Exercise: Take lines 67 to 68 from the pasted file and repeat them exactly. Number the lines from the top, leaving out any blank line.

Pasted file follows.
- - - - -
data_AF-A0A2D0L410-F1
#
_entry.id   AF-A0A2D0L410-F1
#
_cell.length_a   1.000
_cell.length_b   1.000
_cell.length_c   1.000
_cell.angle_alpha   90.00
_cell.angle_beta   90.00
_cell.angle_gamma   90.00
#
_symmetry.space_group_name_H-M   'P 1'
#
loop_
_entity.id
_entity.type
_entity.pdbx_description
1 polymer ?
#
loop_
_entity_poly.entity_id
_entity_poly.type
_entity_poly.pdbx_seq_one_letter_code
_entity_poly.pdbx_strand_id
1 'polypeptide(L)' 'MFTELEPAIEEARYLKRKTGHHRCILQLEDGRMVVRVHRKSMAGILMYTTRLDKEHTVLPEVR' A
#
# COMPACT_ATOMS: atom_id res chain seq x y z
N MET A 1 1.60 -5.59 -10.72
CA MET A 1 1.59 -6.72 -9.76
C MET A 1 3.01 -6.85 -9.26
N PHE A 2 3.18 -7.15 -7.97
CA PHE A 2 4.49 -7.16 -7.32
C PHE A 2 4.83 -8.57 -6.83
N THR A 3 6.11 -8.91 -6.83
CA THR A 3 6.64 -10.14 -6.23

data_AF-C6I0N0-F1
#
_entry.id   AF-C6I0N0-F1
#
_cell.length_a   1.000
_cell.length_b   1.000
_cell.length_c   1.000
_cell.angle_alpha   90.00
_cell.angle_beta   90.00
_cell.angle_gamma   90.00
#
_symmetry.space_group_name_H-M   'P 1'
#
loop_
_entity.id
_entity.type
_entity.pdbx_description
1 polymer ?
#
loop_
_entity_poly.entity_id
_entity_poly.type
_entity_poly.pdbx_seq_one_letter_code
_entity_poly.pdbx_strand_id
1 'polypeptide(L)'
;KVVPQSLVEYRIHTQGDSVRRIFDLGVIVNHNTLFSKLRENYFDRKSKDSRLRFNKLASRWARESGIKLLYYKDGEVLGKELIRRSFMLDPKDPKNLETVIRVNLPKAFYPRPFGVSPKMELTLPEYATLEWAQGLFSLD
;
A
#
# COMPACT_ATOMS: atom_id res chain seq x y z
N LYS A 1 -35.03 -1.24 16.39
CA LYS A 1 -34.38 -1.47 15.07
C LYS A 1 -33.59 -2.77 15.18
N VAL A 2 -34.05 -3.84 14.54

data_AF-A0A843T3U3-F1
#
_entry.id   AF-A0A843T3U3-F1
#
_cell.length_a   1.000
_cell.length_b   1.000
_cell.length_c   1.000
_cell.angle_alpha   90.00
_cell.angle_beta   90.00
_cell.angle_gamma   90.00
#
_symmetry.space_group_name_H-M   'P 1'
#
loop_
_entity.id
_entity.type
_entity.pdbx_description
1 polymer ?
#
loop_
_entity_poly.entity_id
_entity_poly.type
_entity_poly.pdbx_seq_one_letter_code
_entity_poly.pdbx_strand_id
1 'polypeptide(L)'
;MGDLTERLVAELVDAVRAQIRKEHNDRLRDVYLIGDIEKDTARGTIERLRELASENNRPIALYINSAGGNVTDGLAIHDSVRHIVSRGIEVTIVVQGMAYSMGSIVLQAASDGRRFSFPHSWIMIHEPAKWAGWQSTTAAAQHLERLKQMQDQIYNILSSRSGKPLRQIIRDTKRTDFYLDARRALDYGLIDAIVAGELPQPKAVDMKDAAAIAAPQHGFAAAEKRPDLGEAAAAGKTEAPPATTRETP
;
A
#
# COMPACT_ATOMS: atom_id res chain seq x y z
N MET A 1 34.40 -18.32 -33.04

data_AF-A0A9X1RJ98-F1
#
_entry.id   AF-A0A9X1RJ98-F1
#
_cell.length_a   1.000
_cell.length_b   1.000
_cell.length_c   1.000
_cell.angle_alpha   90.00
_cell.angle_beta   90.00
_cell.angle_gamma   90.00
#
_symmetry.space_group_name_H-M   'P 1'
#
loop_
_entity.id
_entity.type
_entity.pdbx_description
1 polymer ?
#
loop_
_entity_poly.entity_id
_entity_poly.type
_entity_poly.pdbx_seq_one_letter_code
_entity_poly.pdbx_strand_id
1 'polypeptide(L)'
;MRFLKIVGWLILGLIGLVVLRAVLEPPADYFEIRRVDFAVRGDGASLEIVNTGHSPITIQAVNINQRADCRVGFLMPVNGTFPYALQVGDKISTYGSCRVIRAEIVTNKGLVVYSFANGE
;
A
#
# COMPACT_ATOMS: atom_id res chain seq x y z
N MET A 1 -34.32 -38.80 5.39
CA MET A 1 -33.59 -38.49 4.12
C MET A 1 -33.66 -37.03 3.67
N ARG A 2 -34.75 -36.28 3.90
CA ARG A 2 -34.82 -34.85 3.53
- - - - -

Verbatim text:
CA LYS A 1 -34.38 -1.47 15.07
C LYS A 1 -33.59 -2.77 15.18